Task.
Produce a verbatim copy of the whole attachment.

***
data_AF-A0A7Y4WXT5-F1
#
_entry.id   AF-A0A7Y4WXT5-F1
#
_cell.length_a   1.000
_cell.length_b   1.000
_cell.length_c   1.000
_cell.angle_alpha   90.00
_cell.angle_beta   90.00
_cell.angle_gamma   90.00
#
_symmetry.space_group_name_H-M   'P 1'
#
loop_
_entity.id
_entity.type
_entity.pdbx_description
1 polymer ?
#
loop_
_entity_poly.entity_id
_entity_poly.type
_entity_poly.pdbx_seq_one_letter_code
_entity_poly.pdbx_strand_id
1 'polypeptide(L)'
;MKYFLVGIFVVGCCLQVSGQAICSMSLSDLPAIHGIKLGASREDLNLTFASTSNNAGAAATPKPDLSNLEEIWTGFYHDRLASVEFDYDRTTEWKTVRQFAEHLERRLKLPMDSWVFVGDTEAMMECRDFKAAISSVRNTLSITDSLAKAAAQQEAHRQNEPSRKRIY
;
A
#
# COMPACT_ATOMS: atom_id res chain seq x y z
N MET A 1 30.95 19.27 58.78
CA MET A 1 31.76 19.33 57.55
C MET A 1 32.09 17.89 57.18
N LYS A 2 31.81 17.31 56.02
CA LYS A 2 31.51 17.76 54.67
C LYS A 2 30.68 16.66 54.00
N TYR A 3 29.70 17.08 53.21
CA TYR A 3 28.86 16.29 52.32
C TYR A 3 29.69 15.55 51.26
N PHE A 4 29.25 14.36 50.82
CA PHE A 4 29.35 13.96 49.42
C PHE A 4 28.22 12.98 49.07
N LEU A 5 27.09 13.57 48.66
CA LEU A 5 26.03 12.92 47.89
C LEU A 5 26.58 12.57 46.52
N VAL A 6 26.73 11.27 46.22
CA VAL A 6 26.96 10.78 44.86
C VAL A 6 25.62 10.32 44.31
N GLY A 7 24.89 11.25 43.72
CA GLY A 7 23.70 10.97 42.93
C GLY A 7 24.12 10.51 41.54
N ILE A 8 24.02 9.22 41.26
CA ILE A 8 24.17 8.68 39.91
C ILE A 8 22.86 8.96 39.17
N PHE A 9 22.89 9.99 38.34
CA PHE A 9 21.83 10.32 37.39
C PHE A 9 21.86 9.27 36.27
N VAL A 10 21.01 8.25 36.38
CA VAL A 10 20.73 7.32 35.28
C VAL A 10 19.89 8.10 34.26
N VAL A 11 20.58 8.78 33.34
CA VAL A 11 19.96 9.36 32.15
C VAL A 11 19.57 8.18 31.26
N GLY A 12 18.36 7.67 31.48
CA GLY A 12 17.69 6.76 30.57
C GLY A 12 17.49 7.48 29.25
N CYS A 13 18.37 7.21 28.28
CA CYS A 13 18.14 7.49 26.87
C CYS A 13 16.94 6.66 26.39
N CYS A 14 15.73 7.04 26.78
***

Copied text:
data_AF-A0A7Y4WXT5-F1
#
_entry.id   AF-A0A7Y4WXT5-F1
#
_cell.length_a   1.000
_cell.length_b   1.000
_cell.length_c   1.000
_cell.angle_alpha   90.00
_cell.angle_beta   90.00
_cell.angle_gamma   90.00
#
_symmetry.space_group_name_H-M   'P 1'
#
loop_
_entity.id
_entity.type
_entity.pdbx_description
1 polymer ?
#
loop_
_entity_poly.entity_id
_entity_poly.type
_entity_poly.pdbx_seq_one_letter_code
_entity_poly.pdbx_strand_id
1 'polypeptide(L)'
;MKYFLVGIFVVGCCLQVSGQAICSMSLSDLPAIHGIKLGASREDLNLTFASTSNNAGAAATPKPDLSNLEEIWTGFYHDRLASVEFDYDRTTEWKTVRQFAEHLERRLKLPMDSWVFVGDTEAMMECRDFKAAISSVRNTLSITDSLAKAAAQQEAHRQNEPSRKRIY
;
A
#
# COMPACT_ATOMS: atom_id res chain seq x y z
N MET A 1 30.95 19.27 58.78
CA MET A 1 31.76 19.33 57.55
C MET A 1 32.09 17.89 57.18
N LYS A 2 31.81 17.31 56.02
CA LYS A 2 31.51 17.76 54.67
C LYS A 2 30.68 16.66 54.00
N TYR A 3 29.70 17.08 53.21
CA TYR A 3 28.86 16.29 52.32
C TYR A 3 29.69 15.55 51.26
N PHE A 4 29.25 14.36 50.82
CA PHE A 4 29.35 13.96 49.42
C PHE A 4 28.22 12.98 49.07
N LEU A 5 27.09 13.57 48.66
CA LEU A 5 26.03 12.92 47.89
C LEU A 5 26.58 12.57 46.52
N VAL A 6 26.73 11.27 46.22
CA VAL A 6 26.96 10.78 44.86
C VAL A 6 25.62 10.32 44.31
N GLY A 7 24.89 11.25 43.72
CA GLY A 7 23.70 10.97 42.93
C GLY A 7 24.12 10.51 41.54
N ILE A 8 24.02 9.22 41.26
CA ILE A 8 24.17 8.68 39.91
C ILE A 8 22.86 8.96 39.17
N PHE A 9 22.89 9.99 38.34
CA PHE A 9 21.83 10.32 37.39
C PHE A 9 21.86 9.27 36.27
N VAL A 10 21.01 8.25 36.38
CA VAL A 10 20.73 7.32 35.28
C VAL A 10 19.89 8.10 34.26
N VAL A 11 20.58 8.78 33.34
CA VAL A 11 19.96 9.36 32.15
C VAL A 11 19.57 8.18 31.26
N GLY A 12 18.36 7.67 31.48
CA GLY A 12 17.69 6.76 30.57
C GLY A 12 17.49 7.48 29.25
N CYS A 13 18.37 7.21 28.28
CA CYS A 13 18.14 7.49 26.87
C CYS A 13 16.94 6.66 26.39
N CYS A 14 15.73 7.04 26.78